BitConnect founder indicted by Justice Department has disappeared

SEC officials do not know the whereabouts of Satish Kumbhani, the founder of crypto trading platform BitConnect, who was charged last week with defrauding investors of $ 2.4 billion in a Ponzi scheme. This puts the SEC in quite a bind, since they have to serve the 36-year old entrepreneur with his court papers. In a court filing from Monday, the SEC stated that they did not have an address for Kumbhani, an Indian citizen, and suspected that he likely fled to another country. 

The DOJ is charging Kumbhani with a number of offenses, including conspiracy to commit wire fraud, conspiracy to commit commodity price manipulation and conspiracy to commit international money laundering.

“Kumbhani’s location remains unknown, and the Commission remains unable to state when its efforts to locate him will be successful, if at all," wrote the SEC in its filing.

In order to buy some time, the SEC is asking the US District Court for the Southern District of New York for an extension of 90 days. Since BitConnect is an unincorporated entity and not a formal corporation, all court papers have to be served to Kumbhani himself.

First founded in 2016, BitConnect attracted a lot of attention on social media for its “Lending Program” which allowed users to lend their Bitcoin in exchange for a propriety Bitconnect cryptocoin. The program claimed it could guarantee returns by using investors’ money to trade on the volatility of the cryptocurrency markets."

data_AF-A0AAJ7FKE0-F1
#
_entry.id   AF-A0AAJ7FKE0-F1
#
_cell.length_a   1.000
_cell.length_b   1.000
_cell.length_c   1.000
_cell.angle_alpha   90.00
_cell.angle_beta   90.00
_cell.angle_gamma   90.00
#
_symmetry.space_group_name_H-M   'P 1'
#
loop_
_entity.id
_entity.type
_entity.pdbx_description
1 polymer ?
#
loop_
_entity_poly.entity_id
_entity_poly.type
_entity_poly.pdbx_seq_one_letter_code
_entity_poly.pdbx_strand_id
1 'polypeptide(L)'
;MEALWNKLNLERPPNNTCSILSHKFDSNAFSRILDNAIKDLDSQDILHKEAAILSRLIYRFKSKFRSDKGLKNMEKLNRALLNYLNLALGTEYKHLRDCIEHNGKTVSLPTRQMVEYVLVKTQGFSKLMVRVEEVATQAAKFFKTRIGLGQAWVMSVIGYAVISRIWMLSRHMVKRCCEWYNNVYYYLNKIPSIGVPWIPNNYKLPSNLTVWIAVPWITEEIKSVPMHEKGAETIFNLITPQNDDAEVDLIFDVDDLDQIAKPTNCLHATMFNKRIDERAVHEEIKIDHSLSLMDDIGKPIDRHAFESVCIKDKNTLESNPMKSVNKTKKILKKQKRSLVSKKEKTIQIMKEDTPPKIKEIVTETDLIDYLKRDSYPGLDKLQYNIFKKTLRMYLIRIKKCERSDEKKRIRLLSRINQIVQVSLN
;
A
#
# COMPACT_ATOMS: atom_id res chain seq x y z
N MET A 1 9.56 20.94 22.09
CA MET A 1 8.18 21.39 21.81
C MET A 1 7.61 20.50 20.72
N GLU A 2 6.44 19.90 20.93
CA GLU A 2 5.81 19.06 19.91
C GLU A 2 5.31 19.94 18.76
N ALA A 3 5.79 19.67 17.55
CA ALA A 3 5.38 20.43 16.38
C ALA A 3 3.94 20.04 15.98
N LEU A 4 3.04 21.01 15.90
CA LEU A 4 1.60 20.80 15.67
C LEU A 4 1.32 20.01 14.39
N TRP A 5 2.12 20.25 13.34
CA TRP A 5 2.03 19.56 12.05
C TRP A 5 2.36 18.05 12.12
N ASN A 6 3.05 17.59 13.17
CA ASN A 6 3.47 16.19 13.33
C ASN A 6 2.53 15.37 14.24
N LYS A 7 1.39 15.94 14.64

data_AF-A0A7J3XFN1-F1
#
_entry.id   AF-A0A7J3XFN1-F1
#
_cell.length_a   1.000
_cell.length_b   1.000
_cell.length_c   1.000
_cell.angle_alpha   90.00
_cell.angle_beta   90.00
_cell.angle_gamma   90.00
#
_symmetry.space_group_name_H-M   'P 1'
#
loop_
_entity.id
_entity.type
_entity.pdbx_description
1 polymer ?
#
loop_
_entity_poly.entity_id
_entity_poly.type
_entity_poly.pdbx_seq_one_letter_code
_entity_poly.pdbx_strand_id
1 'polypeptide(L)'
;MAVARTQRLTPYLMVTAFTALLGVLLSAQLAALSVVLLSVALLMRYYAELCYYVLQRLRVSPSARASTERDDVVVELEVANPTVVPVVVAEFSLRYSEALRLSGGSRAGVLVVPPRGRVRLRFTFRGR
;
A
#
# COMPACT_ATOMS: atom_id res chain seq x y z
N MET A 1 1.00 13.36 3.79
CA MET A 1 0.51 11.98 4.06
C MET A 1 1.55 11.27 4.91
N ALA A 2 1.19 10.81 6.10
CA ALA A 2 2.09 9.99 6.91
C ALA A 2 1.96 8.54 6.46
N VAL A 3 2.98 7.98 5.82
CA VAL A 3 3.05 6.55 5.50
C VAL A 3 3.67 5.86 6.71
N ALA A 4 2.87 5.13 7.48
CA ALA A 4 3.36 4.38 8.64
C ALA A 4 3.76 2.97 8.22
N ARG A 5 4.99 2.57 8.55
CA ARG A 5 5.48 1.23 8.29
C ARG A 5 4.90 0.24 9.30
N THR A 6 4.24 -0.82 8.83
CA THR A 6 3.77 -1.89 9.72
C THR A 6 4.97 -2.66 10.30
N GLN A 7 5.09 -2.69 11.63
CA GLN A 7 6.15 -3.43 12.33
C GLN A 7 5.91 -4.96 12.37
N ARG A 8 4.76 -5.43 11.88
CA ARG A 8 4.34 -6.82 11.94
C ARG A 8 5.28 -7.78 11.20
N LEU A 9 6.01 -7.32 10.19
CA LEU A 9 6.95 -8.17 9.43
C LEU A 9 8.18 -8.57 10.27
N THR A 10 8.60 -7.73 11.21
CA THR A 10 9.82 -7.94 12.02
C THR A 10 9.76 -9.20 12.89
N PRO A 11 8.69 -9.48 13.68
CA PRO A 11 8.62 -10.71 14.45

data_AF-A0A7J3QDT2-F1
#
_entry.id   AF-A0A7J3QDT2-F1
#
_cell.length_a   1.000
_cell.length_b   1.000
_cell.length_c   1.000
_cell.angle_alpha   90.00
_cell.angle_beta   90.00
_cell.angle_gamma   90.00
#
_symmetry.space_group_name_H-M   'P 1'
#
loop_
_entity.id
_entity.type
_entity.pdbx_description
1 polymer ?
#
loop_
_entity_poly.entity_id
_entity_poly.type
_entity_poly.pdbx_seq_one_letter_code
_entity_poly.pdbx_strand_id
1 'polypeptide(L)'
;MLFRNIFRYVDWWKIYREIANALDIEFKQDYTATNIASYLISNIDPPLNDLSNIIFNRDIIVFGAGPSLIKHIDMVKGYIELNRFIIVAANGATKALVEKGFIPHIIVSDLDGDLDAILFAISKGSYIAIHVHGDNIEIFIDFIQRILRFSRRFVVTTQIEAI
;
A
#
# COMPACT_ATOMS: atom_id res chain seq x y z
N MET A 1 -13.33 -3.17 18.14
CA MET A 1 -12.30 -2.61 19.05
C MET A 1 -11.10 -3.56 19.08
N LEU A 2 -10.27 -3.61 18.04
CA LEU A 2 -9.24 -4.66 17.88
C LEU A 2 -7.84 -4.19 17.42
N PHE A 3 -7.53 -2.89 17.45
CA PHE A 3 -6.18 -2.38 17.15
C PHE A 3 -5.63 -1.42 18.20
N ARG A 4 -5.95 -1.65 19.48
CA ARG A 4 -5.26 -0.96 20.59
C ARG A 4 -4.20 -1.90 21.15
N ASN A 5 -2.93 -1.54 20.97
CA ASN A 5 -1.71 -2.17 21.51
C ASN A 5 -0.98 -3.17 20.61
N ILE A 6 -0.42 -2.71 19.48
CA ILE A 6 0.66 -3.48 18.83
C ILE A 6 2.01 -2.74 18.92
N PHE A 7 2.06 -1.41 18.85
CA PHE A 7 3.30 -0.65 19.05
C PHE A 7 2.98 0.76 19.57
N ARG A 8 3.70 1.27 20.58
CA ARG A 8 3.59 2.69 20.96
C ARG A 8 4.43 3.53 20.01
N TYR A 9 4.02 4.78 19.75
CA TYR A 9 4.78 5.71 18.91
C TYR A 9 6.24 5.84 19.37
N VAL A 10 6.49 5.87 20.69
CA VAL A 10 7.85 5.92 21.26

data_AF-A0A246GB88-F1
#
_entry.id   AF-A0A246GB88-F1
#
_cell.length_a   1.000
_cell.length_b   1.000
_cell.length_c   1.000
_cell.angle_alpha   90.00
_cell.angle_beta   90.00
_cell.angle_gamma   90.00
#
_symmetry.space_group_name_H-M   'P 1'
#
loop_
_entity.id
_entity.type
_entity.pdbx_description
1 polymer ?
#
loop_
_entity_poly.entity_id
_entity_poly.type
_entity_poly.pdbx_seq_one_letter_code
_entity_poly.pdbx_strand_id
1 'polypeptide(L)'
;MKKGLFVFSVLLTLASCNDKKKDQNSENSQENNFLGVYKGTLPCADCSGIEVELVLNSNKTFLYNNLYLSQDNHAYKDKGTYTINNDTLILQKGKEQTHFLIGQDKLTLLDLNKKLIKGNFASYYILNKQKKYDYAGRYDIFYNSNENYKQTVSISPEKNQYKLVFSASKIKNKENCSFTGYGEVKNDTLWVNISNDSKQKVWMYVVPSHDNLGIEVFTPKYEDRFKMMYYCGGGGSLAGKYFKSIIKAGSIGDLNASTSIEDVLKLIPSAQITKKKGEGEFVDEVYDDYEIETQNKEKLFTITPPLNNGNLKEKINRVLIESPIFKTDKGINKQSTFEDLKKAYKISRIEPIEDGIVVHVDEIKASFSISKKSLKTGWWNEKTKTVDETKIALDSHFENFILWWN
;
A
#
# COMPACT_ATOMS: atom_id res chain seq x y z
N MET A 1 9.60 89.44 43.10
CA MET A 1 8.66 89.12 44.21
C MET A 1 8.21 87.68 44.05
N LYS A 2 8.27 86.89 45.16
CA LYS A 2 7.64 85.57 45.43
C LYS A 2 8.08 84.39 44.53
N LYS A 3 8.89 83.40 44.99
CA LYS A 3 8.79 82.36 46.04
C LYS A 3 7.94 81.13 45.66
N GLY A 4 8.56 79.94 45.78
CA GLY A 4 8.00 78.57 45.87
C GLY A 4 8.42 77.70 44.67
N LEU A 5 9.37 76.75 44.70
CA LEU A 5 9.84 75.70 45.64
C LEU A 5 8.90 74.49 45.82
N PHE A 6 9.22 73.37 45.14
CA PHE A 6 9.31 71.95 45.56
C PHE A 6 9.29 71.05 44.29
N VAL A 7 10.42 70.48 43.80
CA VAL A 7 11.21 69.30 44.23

“Under this program, Kumbhani and his co-conspirators touted BitConnect’s purported proprietary technology, known as the 'BitConnect Trading Bot' and 'Volatility Software', as being able to generate substantial profits and guaranteed returns by using investors’ money to trade on the volatility of cryptocurrency exchange markets. As alleged in the indictment, however, BitConnect operated as a Ponzi scheme by paying earlier BitConnect investors with money from later investors,” wrote the DOJ’s Office of Public Affairs in a press release.

After years of crypto existing in a legally murky universe, U.S. government officials are cracking down on cryptocurrency fraud and scams at an increasing rate. Last year, the DOJ launched a national cryptocurrency enforcement team to handle complex cryptocurrency investigations, and recently appointed veteran cybersecurity prosecutor Eun Young Choi as its director.

BitConnect is just one of many cryptocurrency schemes that law enforcement has pinned down in recent months. The founders of BitMex, a crypto derivatives exchange, plead guilty to skirting anti-laundering laws in the US and were ordered to pay $ 20 million in fines. Earlier this month, the DOJ arrested Ilya Lichtenstein and Heather Morgan, two entrepreneurs who allegedly attempted to launder more than 25,000 Bitcoins stolen from the 2016 Bitfinex hack.

Engadget is a web magazine with obsessive daily coverage of everything new in gadgets and consumer electronics